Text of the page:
Sometimes, oil companies misjudged the types of reporters they were dealing with—with disastrous results. In 2019, Shell invited journalist Malcom Harris, author of a book on millennials and a Nation contributor, to speak at an internal company workshop. Harris did what any good journalist would do: He checked to see if there was an NDA, then attended the meeting and took notes. The resulting report in New York magazine, “Shell Has a Plan to Profit From Climate Change,” is a PR person’s nightmare: an on-the-ground account of how Shell is “hoping to leverage their incumbency, and fossil-fuel wealth, to lay claim to the world’s clean-energy future as well.”

In internal e-mails after Harris’s article was released, Shell PR executives were appropriately apologetic. “I am really sorry that there was nothing we could do in this instance,” a senior spokesperson wrote.

Other executives, however, were more blasé. “I don’t know this publication,” one wrote. “Does anyone read it? I hope not…”

New York mag is a local rag,” another replied. “It’s often confused with the prestigious New Yorker magazine—but there is really no comparison.”

This year has already been one of the worst for working journalists: More than 500 jobs have been slashed in 2024 alone. Award-winning outlets that made their names fearlessly challenging big businesses, like Vice and BuzzFeed News, no longer exist, while others, like The Intercept and the Center for Public Integrity, are teetering on the edge. Even more worrying, more than half of US counties are no longer covered by a local news outlet.

The very nature of how media is supported and paid for is also changing. Many outlets that have managed to survive—and even thrive—in this media hellscape have a blatantly corporate bent, relying on pricey company subscriptions: Start-ups like Punchbowl, Axios, The Information, and Politico offer premium access for hundreds or thousands of dollars a year. Media reporter Max Tani wrote for Semafor last month about how outlets are increasingly shying away from tough investigative stories, as a worsening legal climate and a greater emphasis on the bottom line make editors less eager to take on stories that could have costly legal fees down the line.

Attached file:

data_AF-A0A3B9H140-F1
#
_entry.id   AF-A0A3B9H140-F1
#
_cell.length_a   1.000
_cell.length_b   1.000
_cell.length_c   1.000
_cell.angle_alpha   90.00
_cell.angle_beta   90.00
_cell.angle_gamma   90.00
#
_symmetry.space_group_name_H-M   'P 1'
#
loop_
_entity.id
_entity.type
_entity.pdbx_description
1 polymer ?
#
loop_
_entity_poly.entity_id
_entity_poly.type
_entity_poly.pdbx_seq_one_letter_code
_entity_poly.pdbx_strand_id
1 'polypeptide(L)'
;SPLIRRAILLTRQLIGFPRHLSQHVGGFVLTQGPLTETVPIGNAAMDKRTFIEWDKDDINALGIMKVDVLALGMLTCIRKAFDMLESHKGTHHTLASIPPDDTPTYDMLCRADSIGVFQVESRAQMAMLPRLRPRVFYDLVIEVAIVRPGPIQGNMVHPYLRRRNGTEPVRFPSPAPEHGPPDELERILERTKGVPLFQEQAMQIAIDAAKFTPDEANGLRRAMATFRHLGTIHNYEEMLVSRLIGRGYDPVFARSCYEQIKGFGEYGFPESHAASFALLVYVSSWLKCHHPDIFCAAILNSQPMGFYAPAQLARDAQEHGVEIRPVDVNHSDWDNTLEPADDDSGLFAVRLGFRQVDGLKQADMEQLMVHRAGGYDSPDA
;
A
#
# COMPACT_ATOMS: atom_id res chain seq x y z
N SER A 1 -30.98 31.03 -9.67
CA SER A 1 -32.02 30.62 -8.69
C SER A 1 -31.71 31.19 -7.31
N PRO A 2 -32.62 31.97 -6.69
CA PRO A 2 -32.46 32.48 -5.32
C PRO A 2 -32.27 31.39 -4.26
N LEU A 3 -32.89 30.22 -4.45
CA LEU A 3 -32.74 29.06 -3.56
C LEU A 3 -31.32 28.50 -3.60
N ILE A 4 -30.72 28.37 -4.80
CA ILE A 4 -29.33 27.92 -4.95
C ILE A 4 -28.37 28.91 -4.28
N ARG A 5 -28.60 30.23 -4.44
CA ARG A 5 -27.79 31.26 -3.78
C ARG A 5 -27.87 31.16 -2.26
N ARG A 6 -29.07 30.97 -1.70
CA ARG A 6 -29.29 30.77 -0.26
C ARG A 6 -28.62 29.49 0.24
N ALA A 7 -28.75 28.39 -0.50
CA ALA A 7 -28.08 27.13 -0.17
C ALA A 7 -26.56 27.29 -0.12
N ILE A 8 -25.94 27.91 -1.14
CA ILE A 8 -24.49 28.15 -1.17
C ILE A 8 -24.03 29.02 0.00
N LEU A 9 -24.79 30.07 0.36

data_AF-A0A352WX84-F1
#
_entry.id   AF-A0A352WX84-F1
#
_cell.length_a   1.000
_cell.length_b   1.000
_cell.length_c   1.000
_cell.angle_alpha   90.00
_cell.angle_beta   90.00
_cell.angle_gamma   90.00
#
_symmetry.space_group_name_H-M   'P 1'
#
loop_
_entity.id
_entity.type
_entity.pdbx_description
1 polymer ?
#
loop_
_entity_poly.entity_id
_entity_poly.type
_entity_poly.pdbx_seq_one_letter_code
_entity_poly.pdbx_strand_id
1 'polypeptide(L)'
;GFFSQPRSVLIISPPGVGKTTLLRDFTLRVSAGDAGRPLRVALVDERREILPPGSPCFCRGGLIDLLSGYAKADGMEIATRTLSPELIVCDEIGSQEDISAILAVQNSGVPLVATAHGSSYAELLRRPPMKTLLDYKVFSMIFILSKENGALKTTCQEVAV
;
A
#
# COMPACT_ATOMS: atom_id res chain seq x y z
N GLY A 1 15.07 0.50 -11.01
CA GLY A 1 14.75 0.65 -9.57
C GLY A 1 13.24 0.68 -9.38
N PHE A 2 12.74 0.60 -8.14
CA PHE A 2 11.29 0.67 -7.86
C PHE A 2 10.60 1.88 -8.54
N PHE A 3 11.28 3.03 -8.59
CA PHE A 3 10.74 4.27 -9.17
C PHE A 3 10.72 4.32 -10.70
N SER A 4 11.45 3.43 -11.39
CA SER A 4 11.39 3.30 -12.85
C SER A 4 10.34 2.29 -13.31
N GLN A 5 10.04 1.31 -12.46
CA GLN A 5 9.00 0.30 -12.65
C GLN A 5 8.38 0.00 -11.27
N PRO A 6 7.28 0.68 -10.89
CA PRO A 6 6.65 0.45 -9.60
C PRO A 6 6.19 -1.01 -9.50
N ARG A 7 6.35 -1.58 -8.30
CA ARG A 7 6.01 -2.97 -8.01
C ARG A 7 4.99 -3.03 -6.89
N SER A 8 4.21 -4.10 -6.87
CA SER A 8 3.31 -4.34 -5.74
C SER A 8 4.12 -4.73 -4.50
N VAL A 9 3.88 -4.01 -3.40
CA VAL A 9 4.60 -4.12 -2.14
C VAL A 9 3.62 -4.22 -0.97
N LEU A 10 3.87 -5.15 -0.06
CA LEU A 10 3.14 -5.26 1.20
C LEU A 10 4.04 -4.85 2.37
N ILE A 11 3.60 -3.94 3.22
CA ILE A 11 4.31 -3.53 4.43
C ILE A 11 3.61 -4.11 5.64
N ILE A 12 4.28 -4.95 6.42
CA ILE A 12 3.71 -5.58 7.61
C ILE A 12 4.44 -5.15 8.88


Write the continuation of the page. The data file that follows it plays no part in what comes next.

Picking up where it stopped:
Big Oil, meanwhile, is supporting the business model of the remaining major US outlets. A recent investigation by Drilled and The Nation found that Bloomberg, Reuters, Politico, The Washington Post, and The New York Times all count major fossil fuel producers as clients for their in-house production studios, events businesses, and other branded content. The New York Times alone took in more than $20 million from fossil fuel companies over a three-year period. (Climate reporters that Drilled and The Nation spoke to for the piece on paid content panned the practice, saying running ads from oil and gas companies undermined the work they were doing to report accurately on climate.)

I can easily see how the crumbling journalism ecosystem could give Big Oil the media environment of its dreams: one that is increasingly favorable to executives who pay for subscriptions, staffed with journalists under pressure from owners to stick to corporate-friendly coverage rather than investigative work that could undercut their funding.

At the very least, these documents released by the Senate Budget Committee provide lessons for journalists dealing with oil companies—to know that they’re keeping notes on you, your outlet, your potential opinions on climate action, and whether or not you can come around to their narrative. Journalists now know that Big Oil has a playbook, and it’s our responsibility to study it and factor that into our coverage.

I hope reporters on all beats get savvier about how they cover business, especially oil and gas. But it’s tough just to keep any kind of job in journalism these days, especially when you’re sticking your neck out there. The Reuters bureau chief, for what it’s worth, didn’t stay at his job for long. According to Wade’s LinkedIn, he left soon after that e-mail exchange with Jeffers, and now works in corporate communications for Saudi Aramco, the world’s largest oil and gas company.

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Molly Taft

Molly Taft is a Brooklyn-based climate journalist. They are currently a reporter at Drilled and were formerly a contributing senior editor at The New Republic and a staff writer at Gizmodo.